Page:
A Beginner's Guide to Design Thinking

Maybe someone you know has taken a design thinking certificate course, or perhaps you have heard this term around universally.  You may think it to be a phenomenon that you will never understand tangibly.  To put this simple words, design thinking is a well-known human-centric way to problem-solving in an innovative way.  It has made too much noise around the Internet in recent years. 

Though the design thinking buzz has been around in recent years, this concept has been there for some decades.  And like it always happens, the more famous it becomes, the more it moves out of context as well as more confusion arises.  So, to make things understandable, we have developed this beginner’s guide to Design Thinking.  This guide will help you decide whether a design thinking certificate course is suitable for you. 

An Introduction To Design Thinking 

Design Thinking is used for creative and practical problem-solving.  It’s heavily based on the processes and methods that designers use.  However, it has evolved from many different fields – including engineering, business, and architecture.  This concept can be implemented in any field as it does not need to be specific to the design. 

It is a way of thinking while keeping users at the forefront of everything.  Anyone can become a design thinker, other than product designers and graphic designers.  In a nutshell, the design thinking process is understanding people as well as their requirements deeply, synthesizing what issues you are going to resolve, ideating around which concept to design, and prototyping and testing while getting actual user feedback. 

Design Thinking Purpose 

Now that we know what design thinking is let us find out why it matters.  Design thinking has many benefits. 

But, firstly, design thinking helps individuals be innovative and turn up with creative ideas.  Mostly, people rely on what they already know and have done.  Over time, they create certain patterns that help them find out ways to handle certain problems.  Such patterns make it difficult for people to see things differently, which makes it difficult to solve issues.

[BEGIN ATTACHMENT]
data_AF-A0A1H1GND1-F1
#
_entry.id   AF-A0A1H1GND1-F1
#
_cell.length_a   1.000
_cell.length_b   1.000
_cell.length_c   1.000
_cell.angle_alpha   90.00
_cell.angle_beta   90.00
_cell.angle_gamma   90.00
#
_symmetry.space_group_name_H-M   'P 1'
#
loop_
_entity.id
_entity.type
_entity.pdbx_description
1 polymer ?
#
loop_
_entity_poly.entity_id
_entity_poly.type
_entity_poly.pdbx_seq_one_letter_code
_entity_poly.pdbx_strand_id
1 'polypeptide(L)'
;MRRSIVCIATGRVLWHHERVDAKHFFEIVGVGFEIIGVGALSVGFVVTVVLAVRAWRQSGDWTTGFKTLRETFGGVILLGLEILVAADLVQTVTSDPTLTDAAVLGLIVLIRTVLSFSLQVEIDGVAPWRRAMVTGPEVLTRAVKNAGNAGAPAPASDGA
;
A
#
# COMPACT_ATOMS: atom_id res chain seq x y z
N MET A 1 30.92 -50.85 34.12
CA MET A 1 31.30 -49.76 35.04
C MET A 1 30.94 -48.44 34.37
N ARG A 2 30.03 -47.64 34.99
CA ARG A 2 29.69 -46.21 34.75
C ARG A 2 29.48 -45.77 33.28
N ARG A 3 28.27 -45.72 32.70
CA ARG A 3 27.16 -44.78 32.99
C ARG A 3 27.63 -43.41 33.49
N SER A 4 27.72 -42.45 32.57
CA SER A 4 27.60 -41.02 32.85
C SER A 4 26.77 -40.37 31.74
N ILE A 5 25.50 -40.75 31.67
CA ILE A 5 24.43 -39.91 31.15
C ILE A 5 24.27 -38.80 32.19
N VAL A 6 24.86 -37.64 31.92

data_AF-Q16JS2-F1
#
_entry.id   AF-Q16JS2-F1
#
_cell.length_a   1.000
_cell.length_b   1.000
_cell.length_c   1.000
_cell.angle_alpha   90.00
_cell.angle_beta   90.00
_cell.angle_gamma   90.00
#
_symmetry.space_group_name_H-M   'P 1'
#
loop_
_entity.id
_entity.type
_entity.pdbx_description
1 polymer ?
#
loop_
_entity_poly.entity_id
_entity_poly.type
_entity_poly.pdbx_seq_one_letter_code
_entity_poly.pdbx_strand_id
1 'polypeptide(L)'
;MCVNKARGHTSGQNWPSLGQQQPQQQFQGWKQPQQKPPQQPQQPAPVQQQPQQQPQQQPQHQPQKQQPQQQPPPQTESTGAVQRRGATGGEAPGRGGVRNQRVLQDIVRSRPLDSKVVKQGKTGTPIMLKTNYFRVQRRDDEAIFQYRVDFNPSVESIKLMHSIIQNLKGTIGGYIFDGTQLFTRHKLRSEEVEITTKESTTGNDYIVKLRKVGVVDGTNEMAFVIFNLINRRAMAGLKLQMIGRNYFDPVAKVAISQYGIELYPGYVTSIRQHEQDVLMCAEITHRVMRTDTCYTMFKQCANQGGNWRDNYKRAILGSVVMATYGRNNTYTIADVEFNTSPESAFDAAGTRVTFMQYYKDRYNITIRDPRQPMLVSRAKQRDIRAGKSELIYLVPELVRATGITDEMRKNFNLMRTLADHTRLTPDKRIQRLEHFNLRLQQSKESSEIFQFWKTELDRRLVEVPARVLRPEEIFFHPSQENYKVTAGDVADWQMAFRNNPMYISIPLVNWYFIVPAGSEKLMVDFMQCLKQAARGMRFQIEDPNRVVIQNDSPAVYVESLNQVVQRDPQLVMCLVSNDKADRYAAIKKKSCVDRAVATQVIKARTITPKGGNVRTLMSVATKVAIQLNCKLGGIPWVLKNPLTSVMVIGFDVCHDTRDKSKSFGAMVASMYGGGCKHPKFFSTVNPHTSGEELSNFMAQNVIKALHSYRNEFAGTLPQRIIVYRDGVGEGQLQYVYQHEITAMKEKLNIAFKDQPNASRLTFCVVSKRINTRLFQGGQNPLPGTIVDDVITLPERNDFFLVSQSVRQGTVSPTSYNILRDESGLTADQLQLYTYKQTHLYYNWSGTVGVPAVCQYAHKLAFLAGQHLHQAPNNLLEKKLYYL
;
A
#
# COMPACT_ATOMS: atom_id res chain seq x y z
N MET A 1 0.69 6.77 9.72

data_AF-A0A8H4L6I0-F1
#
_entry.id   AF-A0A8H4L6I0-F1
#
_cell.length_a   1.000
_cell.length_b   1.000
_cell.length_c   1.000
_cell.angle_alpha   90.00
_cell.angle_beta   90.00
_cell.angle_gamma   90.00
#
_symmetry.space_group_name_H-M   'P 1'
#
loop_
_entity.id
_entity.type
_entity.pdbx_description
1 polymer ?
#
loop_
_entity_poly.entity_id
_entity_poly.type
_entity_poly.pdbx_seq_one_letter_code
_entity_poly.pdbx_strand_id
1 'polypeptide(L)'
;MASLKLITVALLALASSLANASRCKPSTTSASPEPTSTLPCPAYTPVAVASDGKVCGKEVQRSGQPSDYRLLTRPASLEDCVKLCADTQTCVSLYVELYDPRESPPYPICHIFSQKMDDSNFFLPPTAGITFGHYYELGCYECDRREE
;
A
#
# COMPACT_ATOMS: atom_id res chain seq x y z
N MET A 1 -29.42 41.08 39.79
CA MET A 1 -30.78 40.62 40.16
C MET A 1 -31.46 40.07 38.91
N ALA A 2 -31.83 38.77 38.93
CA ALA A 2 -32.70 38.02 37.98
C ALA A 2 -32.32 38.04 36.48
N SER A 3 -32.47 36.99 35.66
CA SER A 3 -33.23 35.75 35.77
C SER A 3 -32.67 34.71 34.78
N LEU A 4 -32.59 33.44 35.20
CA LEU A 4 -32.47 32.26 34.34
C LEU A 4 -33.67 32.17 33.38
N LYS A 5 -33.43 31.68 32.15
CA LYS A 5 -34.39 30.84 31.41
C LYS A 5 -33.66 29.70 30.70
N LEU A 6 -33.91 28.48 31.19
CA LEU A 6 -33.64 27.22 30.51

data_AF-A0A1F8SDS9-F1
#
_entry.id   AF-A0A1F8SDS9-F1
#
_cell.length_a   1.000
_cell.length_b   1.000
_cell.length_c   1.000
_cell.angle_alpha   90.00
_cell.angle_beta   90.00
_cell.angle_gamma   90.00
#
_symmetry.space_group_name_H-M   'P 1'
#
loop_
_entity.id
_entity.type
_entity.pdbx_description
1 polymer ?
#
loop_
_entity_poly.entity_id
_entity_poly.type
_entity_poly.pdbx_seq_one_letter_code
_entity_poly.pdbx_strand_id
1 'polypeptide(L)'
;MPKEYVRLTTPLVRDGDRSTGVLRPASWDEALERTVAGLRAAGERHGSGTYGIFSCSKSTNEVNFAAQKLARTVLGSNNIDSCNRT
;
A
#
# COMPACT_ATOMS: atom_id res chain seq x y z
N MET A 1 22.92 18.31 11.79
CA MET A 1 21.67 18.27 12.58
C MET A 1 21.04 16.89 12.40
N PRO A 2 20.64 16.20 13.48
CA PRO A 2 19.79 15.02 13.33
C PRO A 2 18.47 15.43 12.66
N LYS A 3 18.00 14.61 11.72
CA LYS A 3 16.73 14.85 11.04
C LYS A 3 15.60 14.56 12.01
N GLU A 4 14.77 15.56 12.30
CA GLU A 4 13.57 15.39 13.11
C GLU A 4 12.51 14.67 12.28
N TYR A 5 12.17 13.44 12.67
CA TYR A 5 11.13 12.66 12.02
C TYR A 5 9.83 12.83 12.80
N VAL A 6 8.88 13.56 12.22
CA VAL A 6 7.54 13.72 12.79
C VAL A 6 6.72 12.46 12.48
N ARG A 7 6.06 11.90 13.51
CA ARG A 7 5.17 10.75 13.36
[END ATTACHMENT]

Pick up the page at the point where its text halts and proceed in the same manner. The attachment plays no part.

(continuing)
Design thinking assists people in breaking such patterns and considering other methods to solve problems.  A few people consider it to be a neutral, healthy way to solve issues as it uses science, analytical thinking, feelings, and intuition. 

Another great Design thinking advantage is that it places humans first.  By heavily focusing on empathy, design thinking encourages organizations and businesses to consider real people who utilize their services and products- which means they are more likely to hit the market while creating a meaningful user experience.  For users, it means more useful, better products that enhance our lives.  And for businesses, it means happy, satisfied clients. 

Design Thinking Principles 

Design Thinking has four principles.  Let us discuss each of them: 

The Human Rule – Regardless of the context, every design activity tends to be social.  Any social creation can get us back to a “human-centric viewpoint.”

The Ambiguity Rule – As a fact, ambiguity is inevitable.  It can’t be oversimplified or removed.  Experimenting at the limit of your ability and knowledge is vital in being capable of considering things differently. 

The Tangibility Rule –Tangibility of ideas as prototypes lets designers offer them more effectively. 

The Redesign Rule – Every design is a redesign.  While social and technological circumstances may evolve and change, basic human requirements remain unchanged.  Essentially, we just redesign the ways of meeting those requirements or reaching needed outcomes. 

The 5-Step of Design Thinking Process

Design thinking is a process and an ideology and a process.  This procedure consists of 5 distinct steps that help in problem-solving and maintaining focus on the users. 

Empathize: Empathizing with the users is the first step of the design thinking process.  This looks like performing research to understand what the users do, think, feel, and say. 

Define: After you develop a sense of the needs of your users, this stage lets you examine and evaluate them.  Defining the needs of users sets the stage for addressing and solving those requirements. 

Ideate: This stage includes finding solutions to your user’s needs.  Often, it is an abstract, creative part of the procedure where it is helpful to play with exclusive solutions. 

Prototype: After you have recognized potential solutions to the unmet needs of the users, it is time to narrow down the area to the most exciting, practical ideas. 

Test: Prototypes need testing.  Ask real users to test your designs and access data about their experience with your ideas. 

Whether you are looking to establish a design thinking philosophy on a business-wide scale or trying to enhance your approach to users-centric designing, the Design Thinking concept will help you focus on the users, innovate, and design products that resolve real-world user problems.  Enroll in Certificate Courses on Design Thinking to get a deep understanding of the concept.